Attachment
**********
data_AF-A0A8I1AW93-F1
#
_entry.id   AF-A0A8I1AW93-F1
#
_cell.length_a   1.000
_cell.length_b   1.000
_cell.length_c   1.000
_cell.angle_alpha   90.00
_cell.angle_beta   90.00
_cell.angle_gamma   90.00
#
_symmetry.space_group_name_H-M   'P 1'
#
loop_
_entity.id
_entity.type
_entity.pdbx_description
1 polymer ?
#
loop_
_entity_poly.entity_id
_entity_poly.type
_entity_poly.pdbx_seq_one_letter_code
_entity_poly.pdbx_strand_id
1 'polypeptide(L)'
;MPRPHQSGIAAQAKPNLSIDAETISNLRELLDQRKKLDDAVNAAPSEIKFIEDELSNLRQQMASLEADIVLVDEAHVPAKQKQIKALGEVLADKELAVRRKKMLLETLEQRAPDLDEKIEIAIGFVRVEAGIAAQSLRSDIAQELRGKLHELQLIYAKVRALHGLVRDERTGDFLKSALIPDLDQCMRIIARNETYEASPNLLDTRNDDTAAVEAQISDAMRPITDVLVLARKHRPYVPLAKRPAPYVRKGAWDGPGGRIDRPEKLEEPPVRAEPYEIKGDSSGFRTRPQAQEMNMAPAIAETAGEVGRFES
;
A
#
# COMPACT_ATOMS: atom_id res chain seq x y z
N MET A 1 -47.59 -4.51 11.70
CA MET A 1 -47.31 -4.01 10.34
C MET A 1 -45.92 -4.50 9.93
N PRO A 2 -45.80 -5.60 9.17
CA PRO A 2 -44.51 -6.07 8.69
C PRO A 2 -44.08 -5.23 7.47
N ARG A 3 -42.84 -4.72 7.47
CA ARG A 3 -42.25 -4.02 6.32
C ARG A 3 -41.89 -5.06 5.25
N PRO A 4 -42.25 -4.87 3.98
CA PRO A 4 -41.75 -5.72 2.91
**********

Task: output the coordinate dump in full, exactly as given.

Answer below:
data_AF-A0A8I1AW93-F1
#
_entry.id   AF-A0A8I1AW93-F1
#
_cell.length_a   1.000
_cell.length_b   1.000
_cell.length_c   1.000
_cell.angle_alpha   90.00
_cell.angle_beta   90.00
_cell.angle_gamma   90.00
#
_symmetry.space_group_name_H-M   'P 1'
#
loop_
_entity.id
_entity.type
_entity.pdbx_description
1 polymer ?
#
loop_
_entity_poly.entity_id
_entity_poly.type
_entity_poly.pdbx_seq_one_letter_code
_entity_poly.pdbx_strand_id
1 'polypeptide(L)'
;MPRPHQSGIAAQAKPNLSIDAETISNLRELLDQRKKLDDAVNAAPSEIKFIEDELSNLRQQMASLEADIVLVDEAHVPAKQKQIKALGEVLADKELAVRRKKMLLETLEQRAPDLDEKIEIAIGFVRVEAGIAAQSLRSDIAQELRGKLHELQLIYAKVRALHGLVRDERTGDFLKSALIPDLDQCMRIIARNETYEASPNLLDTRNDDTAAVEAQISDAMRPITDVLVLARKHRPYVPLAKRPAPYVRKGAWDGPGGRIDRPEKLEEPPVRAEPYEIKGDSSGFRTRPQAQEMNMAPAIAETAGEVGRFES
;
A
#
# COMPACT_ATOMS: atom_id res chain seq x y z
N MET A 1 -47.59 -4.51 11.70
CA MET A 1 -47.31 -4.01 10.34
C MET A 1 -45.92 -4.50 9.93
N PRO A 2 -45.80 -5.60 9.17
CA PRO A 2 -44.51 -6.07 8.69
C PRO A 2 -44.08 -5.23 7.47
N ARG A 3 -42.84 -4.72 7.47
CA ARG A 3 -42.25 -4.02 6.32
C ARG A 3 -41.89 -5.06 5.25
N PRO A 4 -42.25 -4.87 3.98
CA PRO A 4 -41.75 -5.72 2.91